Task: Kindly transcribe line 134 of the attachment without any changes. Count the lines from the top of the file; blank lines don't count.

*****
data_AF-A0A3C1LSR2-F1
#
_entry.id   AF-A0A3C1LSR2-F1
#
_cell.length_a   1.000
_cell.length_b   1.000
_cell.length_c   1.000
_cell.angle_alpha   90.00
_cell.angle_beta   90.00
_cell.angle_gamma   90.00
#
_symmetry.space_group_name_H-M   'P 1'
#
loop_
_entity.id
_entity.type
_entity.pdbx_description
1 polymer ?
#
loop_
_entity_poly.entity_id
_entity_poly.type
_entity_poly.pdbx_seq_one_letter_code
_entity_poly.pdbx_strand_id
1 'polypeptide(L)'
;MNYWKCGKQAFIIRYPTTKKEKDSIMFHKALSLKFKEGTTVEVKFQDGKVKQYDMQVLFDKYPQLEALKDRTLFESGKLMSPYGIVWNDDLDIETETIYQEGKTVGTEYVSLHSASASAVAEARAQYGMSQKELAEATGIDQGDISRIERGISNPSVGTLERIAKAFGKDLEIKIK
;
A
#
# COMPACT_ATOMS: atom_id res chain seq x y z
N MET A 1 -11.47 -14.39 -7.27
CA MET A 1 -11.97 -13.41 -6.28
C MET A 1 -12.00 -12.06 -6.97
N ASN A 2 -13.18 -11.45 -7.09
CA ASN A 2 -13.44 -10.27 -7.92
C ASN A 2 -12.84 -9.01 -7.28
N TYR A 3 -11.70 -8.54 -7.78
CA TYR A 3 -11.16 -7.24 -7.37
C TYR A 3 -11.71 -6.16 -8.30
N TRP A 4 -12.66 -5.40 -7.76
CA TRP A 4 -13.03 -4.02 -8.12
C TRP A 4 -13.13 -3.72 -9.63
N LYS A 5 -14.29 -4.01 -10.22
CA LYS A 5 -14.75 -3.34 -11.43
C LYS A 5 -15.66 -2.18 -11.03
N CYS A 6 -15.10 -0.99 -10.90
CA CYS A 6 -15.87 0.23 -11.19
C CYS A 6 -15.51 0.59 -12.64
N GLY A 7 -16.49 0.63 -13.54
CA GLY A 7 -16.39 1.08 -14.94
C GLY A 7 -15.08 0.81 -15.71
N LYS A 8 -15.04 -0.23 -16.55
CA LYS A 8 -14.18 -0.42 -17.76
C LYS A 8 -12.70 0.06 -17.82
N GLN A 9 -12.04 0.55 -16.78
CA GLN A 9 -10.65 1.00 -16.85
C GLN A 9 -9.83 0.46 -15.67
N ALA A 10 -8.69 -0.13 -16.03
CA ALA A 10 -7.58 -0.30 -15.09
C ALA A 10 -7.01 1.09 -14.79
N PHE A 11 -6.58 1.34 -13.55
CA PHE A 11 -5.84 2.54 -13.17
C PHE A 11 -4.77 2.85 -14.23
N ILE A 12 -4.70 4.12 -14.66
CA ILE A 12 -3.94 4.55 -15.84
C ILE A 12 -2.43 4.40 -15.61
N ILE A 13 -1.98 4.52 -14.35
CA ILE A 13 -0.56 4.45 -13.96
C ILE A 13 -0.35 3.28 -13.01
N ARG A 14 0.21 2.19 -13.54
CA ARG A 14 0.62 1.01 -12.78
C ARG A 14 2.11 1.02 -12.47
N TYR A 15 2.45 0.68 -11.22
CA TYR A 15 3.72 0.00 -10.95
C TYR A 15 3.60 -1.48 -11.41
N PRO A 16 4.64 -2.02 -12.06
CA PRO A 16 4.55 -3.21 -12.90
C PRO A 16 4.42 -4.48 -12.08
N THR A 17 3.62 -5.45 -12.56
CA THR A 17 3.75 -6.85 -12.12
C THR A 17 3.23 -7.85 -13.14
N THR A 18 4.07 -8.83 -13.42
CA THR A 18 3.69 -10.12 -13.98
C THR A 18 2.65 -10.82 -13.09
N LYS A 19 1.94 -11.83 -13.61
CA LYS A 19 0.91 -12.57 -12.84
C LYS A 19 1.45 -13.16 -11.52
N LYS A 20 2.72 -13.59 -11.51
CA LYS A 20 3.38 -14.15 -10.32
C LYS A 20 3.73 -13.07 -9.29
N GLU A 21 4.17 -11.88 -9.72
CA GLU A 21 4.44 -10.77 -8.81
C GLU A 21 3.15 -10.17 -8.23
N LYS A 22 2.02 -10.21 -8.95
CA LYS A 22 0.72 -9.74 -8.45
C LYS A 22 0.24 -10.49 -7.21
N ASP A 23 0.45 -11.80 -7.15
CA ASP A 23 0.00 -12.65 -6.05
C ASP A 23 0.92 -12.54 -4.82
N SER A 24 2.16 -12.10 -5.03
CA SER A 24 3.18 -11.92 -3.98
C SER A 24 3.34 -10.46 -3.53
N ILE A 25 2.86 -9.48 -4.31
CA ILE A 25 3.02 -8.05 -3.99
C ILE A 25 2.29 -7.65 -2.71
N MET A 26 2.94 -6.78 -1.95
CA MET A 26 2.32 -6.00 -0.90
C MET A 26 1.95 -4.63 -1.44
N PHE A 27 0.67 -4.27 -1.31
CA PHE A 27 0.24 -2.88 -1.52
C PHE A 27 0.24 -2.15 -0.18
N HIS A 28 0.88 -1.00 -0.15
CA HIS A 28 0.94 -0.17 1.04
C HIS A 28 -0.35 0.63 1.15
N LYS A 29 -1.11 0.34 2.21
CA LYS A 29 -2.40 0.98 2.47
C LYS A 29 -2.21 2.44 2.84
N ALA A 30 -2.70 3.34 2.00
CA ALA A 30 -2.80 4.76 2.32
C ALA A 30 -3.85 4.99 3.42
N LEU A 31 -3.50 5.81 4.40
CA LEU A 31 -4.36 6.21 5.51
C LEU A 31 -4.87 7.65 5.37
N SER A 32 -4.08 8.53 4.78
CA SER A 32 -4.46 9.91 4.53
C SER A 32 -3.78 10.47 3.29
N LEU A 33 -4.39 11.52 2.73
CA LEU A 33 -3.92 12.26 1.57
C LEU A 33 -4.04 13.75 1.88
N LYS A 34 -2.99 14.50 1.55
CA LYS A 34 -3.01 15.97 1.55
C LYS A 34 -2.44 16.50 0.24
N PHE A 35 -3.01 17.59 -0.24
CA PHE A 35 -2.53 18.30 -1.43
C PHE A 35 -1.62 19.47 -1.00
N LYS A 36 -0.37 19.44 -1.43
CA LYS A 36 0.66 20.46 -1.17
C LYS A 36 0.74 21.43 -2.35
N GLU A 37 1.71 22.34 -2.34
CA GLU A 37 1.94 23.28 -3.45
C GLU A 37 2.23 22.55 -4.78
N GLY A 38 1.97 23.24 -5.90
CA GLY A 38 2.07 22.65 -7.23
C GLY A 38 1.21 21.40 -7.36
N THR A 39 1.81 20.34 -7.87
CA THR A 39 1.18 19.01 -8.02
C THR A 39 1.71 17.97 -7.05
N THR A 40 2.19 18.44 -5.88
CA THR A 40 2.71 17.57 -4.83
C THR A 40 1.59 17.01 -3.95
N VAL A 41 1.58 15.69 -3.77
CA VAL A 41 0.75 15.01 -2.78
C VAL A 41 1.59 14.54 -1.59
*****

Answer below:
CA PHE A 35 -2.53 18.30 -1.43